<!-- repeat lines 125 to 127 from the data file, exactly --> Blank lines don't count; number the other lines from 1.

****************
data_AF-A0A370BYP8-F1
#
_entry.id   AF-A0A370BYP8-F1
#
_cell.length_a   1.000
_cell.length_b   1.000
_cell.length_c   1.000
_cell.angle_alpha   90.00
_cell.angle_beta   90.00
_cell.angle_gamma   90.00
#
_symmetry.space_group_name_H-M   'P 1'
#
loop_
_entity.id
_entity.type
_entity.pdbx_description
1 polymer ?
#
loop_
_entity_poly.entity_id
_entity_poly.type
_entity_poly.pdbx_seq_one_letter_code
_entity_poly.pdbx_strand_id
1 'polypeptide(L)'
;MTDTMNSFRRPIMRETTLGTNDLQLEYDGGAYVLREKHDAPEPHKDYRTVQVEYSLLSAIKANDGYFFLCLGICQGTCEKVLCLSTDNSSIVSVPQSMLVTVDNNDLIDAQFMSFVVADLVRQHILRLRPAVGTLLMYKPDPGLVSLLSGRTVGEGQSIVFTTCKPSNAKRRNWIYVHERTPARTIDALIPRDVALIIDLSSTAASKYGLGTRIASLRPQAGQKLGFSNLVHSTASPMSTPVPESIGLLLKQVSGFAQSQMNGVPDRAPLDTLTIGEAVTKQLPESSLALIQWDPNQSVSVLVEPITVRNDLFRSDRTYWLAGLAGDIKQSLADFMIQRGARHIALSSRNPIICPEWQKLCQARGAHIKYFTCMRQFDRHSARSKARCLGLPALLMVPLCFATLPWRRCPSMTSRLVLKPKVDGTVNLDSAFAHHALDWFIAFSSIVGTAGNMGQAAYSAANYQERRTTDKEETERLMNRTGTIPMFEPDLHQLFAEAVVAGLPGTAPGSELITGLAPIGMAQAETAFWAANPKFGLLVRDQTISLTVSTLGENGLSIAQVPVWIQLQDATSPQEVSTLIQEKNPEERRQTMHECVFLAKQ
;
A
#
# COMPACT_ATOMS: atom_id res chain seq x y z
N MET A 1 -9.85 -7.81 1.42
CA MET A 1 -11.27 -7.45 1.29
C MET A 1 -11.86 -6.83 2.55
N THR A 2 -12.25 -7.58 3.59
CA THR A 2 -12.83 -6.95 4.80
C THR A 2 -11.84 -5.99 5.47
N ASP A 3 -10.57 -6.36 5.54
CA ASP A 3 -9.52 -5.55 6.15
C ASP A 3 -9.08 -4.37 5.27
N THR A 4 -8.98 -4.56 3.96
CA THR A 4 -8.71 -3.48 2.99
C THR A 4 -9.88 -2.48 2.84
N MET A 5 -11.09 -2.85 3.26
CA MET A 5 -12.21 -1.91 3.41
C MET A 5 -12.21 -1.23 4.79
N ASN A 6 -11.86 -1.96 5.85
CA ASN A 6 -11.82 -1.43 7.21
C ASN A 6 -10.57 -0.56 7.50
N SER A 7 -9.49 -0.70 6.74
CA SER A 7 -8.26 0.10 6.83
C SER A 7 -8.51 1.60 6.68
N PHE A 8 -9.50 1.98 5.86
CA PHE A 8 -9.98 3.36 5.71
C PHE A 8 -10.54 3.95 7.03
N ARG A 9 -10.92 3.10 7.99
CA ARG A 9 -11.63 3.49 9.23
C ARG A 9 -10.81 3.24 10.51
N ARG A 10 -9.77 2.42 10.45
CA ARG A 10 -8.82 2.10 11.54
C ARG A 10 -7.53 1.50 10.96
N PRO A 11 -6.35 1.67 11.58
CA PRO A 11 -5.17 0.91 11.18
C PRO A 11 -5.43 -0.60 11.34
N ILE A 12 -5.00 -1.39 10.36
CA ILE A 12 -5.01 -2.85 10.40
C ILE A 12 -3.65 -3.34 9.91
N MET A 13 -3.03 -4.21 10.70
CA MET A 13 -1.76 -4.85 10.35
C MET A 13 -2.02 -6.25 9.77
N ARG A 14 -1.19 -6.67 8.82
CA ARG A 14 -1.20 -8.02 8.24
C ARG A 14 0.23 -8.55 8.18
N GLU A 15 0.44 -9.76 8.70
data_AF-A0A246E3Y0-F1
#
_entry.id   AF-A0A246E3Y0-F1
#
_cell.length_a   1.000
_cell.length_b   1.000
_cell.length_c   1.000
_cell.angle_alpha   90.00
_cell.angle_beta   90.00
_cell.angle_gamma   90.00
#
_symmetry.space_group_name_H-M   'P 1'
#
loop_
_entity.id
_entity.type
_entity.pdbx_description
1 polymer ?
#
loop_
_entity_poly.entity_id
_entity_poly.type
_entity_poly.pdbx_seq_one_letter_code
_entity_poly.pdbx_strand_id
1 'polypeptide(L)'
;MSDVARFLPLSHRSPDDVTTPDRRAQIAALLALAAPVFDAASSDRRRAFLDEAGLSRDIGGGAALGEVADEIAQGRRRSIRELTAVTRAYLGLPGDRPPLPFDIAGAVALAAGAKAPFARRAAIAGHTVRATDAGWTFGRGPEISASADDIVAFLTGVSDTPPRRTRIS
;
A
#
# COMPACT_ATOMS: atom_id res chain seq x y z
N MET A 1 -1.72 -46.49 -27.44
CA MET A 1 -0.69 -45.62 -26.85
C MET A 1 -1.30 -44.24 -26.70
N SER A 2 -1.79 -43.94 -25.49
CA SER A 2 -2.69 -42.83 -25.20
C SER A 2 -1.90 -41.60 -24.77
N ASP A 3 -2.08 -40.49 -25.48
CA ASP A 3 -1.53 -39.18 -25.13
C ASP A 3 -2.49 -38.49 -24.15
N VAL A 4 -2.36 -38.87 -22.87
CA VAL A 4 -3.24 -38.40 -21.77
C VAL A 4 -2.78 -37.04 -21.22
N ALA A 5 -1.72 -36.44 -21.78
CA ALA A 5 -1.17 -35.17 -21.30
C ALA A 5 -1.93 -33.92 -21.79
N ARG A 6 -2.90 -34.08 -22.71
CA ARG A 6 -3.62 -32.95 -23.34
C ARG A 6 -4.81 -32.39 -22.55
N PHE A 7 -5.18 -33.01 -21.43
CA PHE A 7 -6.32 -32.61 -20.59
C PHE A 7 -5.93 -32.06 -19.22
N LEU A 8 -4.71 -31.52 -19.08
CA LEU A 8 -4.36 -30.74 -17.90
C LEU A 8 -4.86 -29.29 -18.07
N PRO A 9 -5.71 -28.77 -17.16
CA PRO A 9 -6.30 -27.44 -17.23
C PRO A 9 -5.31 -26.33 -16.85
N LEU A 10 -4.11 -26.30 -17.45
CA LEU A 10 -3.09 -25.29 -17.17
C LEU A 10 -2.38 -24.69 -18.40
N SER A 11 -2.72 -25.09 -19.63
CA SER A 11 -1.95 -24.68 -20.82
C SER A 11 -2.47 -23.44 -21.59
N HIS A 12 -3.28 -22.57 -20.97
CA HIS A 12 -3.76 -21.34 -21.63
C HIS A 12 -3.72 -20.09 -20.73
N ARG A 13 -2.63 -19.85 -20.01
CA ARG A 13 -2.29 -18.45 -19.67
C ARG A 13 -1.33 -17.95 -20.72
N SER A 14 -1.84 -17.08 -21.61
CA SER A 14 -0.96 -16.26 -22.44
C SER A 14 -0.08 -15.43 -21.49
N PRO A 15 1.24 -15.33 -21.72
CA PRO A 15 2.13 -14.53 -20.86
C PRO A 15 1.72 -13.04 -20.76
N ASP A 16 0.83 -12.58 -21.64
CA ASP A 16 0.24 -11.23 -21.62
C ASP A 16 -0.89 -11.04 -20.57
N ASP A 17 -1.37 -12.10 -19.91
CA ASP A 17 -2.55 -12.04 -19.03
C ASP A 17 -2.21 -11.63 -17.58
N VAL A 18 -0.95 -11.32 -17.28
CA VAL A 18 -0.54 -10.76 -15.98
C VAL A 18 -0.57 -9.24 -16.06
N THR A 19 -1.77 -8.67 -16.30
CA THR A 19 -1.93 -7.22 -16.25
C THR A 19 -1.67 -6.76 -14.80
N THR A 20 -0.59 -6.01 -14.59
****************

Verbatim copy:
N LEU A 8 -4.71 -31.52 -19.08
CA LEU A 8 -4.36 -30.74 -17.90
C LEU A 8 -4.86 -29.29 -18.07